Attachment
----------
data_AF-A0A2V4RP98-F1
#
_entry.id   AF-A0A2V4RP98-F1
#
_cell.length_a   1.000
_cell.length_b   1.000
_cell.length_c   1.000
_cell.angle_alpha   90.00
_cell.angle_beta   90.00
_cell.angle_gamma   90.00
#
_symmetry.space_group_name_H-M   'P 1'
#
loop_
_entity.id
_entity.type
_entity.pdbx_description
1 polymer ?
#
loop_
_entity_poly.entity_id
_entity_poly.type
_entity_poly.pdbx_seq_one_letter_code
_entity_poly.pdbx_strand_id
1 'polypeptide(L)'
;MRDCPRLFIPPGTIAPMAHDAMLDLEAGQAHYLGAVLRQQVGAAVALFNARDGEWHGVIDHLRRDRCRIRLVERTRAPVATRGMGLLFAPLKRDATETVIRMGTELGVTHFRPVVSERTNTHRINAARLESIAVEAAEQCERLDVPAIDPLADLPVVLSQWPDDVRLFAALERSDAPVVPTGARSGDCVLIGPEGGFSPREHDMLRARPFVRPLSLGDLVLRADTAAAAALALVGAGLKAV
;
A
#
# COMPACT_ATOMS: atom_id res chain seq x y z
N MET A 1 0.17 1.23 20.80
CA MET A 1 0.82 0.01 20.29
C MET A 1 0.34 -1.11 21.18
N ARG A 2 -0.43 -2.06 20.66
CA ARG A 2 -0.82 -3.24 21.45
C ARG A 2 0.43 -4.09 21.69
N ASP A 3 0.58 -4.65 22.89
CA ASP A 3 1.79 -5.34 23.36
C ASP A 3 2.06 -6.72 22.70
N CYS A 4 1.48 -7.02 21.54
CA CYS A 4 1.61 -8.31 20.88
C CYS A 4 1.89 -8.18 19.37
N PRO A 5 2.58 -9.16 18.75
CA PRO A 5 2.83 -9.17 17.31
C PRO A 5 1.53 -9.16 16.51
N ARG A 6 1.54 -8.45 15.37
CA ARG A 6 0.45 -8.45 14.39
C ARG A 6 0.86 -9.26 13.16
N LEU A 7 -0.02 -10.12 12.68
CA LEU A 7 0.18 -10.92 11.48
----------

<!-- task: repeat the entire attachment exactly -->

data_AF-A0A2V4RP98-F1
#
_entry.id   AF-A0A2V4RP98-F1
#
_cell.length_a   1.000
_cell.length_b   1.000
_cell.length_c   1.000
_cell.angle_alpha   90.00
_cell.angle_beta   90.00
_cell.angle_gamma   90.00
#
_symmetry.space_group_name_H-M   'P 1'
#
loop_
_entity.id
_entity.type
_entity.pdbx_description
1 polymer ?
#
loop_
_entity_poly.entity_id
_entity_poly.type
_entity_poly.pdbx_seq_one_letter_code
_entity_poly.pdbx_strand_id
1 'polypeptide(L)'
;MRDCPRLFIPPGTIAPMAHDAMLDLEAGQAHYLGAVLRQQVGAAVALFNARDGEWHGVIDHLRRDRCRIRLVERTRAPVATRGMGLLFAPLKRDATETVIRMGTELGVTHFRPVVSERTNTHRINAARLESIAVEAAEQCERLDVPAIDPLADLPVVLSQWPDDVRLFAALERSDAPVVPTGARSGDCVLIGPEGGFSPREHDMLRARPFVRPLSLGDLVLRADTAAAAALALVGAGLKAV
;
A
#
# COMPACT_ATOMS: atom_id res chain seq x y z
N MET A 1 0.17 1.23 20.80
CA MET A 1 0.82 0.01 20.29
C MET A 1 0.34 -1.11 21.18
N ARG A 2 -0.43 -2.06 20.66
CA ARG A 2 -0.82 -3.24 21.45
C ARG A 2 0.43 -4.09 21.69
N ASP A 3 0.58 -4.65 22.89
CA ASP A 3 1.79 -5.34 23.36
C ASP A 3 2.06 -6.72 22.70
N CYS A 4 1.48 -7.02 21.54
CA CYS A 4 1.61 -8.31 20.88
C CYS A 4 1.89 -8.18 19.37
N PRO A 5 2.58 -9.16 18.75
CA PRO A 5 2.83 -9.17 17.31
C PRO A 5 1.53 -9.16 16.51
N ARG A 6 1.54 -8.45 15.37
CA ARG A 6 0.45 -8.45 14.39
C ARG A 6 0.86 -9.26 13.16
N LEU A 7 -0.02 -10.12 12.68
CA LEU A 7 0.18 -10.92 11.48